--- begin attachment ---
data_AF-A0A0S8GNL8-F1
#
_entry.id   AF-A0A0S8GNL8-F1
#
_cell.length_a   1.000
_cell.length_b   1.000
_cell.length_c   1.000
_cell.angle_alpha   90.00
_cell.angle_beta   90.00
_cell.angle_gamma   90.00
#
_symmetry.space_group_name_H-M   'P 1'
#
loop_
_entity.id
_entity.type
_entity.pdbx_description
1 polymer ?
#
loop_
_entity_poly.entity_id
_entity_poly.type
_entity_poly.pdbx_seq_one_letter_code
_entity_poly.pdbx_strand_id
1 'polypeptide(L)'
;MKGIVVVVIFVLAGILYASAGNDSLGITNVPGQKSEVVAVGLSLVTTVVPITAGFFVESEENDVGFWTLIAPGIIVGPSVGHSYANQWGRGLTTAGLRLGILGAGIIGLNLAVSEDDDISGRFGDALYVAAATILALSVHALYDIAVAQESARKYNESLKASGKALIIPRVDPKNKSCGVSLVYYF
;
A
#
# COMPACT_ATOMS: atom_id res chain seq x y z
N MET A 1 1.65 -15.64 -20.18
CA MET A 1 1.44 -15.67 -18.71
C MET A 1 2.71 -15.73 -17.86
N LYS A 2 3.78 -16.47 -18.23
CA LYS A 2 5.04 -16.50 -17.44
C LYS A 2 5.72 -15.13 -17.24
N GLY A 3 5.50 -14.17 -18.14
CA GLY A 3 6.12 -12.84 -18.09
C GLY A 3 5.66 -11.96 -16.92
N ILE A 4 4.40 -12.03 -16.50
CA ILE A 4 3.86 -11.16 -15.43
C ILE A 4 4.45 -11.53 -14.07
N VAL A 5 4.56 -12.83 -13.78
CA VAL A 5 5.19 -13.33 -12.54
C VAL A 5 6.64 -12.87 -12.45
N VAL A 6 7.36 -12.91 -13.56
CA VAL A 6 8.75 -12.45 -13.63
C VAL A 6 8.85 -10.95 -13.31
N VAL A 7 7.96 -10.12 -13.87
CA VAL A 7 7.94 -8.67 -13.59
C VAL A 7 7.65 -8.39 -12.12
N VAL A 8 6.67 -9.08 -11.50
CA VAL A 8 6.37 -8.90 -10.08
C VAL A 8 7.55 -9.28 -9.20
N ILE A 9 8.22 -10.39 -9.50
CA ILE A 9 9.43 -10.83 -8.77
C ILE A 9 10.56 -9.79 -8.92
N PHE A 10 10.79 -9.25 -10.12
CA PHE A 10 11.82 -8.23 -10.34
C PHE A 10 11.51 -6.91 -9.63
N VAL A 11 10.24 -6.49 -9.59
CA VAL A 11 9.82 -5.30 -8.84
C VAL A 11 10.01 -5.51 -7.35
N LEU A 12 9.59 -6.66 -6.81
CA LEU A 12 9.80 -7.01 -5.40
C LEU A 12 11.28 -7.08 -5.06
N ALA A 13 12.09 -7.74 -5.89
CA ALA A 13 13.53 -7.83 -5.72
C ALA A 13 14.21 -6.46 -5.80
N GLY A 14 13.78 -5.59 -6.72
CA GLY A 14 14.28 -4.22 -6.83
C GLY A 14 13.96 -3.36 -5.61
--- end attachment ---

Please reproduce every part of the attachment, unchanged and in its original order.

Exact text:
data_AF-A0A0S8GNL8-F1
#
_entry.id   AF-A0A0S8GNL8-F1
#
_cell.length_a   1.000
_cell.length_b   1.000
_cell.length_c   1.000
_cell.angle_alpha   90.00
_cell.angle_beta   90.00
_cell.angle_gamma   90.00
#
_symmetry.space_group_name_H-M   'P 1'
#
loop_
_entity.id
_entity.type
_entity.pdbx_description
1 polymer ?
#
loop_
_entity_poly.entity_id
_entity_poly.type
_entity_poly.pdbx_seq_one_letter_code
_entity_poly.pdbx_strand_id
1 'polypeptide(L)'
;MKGIVVVVIFVLAGILYASAGNDSLGITNVPGQKSEVVAVGLSLVTTVVPITAGFFVESEENDVGFWTLIAPGIIVGPSVGHSYANQWGRGLTTAGLRLGILGAGIIGLNLAVSEDDDISGRFGDALYVAAATILALSVHALYDIAVAQESARKYNESLKASGKALIIPRVDPKNKSCGVSLVYYF
;
A
#
# COMPACT_ATOMS: atom_id res chain seq x y z
N MET A 1 1.65 -15.64 -20.18
CA MET A 1 1.44 -15.67 -18.71
C MET A 1 2.71 -15.73 -17.86
N LYS A 2 3.78 -16.47 -18.23
CA LYS A 2 5.04 -16.50 -17.44
C LYS A 2 5.72 -15.13 -17.24
N GLY A 3 5.50 -14.17 -18.14
CA GLY A 3 6.12 -12.84 -18.09
C GLY A 3 5.66 -11.96 -16.92
N ILE A 4 4.40 -12.03 -16.50
CA ILE A 4 3.86 -11.16 -15.43
C ILE A 4 4.45 -11.53 -14.07
N VAL A 5 4.56 -12.83 -13.78
CA VAL A 5 5.19 -13.33 -12.54
C VAL A 5 6.64 -12.87 -12.45
N VAL A 6 7.36 -12.91 -13.56
CA VAL A 6 8.75 -12.45 -13.63
C VAL A 6 8.85 -10.95 -13.31
N VAL A 7 7.96 -10.12 -13.87
CA VAL A 7 7.94 -8.67 -13.59
C VAL A 7 7.65 -8.39 -12.12
N VAL A 8 6.67 -9.08 -11.50
CA VAL A 8 6.37 -8.90 -10.08
C VAL A 8 7.55 -9.28 -9.20
N ILE A 9 8.22 -10.39 -9.50
CA ILE A 9 9.43 -10.83 -8.77
C ILE A 9 10.56 -9.79 -8.92
N PHE A 10 10.79 -9.25 -10.12
CA PHE A 10 11.82 -8.23 -10.34
C PHE A 10 11.51 -6.91 -9.63
N VAL A 11 10.24 -6.49 -9.59
CA VAL A 11 9.82 -5.30 -8.84
C VAL A 11 10.01 -5.51 -7.35
N LEU A 12 9.59 -6.66 -6.81
CA LEU A 12 9.80 -7.01 -5.40
C LEU A 12 11.28 -7.08 -5.06
N ALA A 13 12.09 -7.74 -5.89
CA ALA A 13 13.53 -7.83 -5.72
C ALA A 13 14.21 -6.46 -5.80
N GLY A 14 13.78 -5.59 -6.72
CA GLY A 14 14.28 -4.22 -6.83
C GLY A 14 13.96 -3.36 -5.61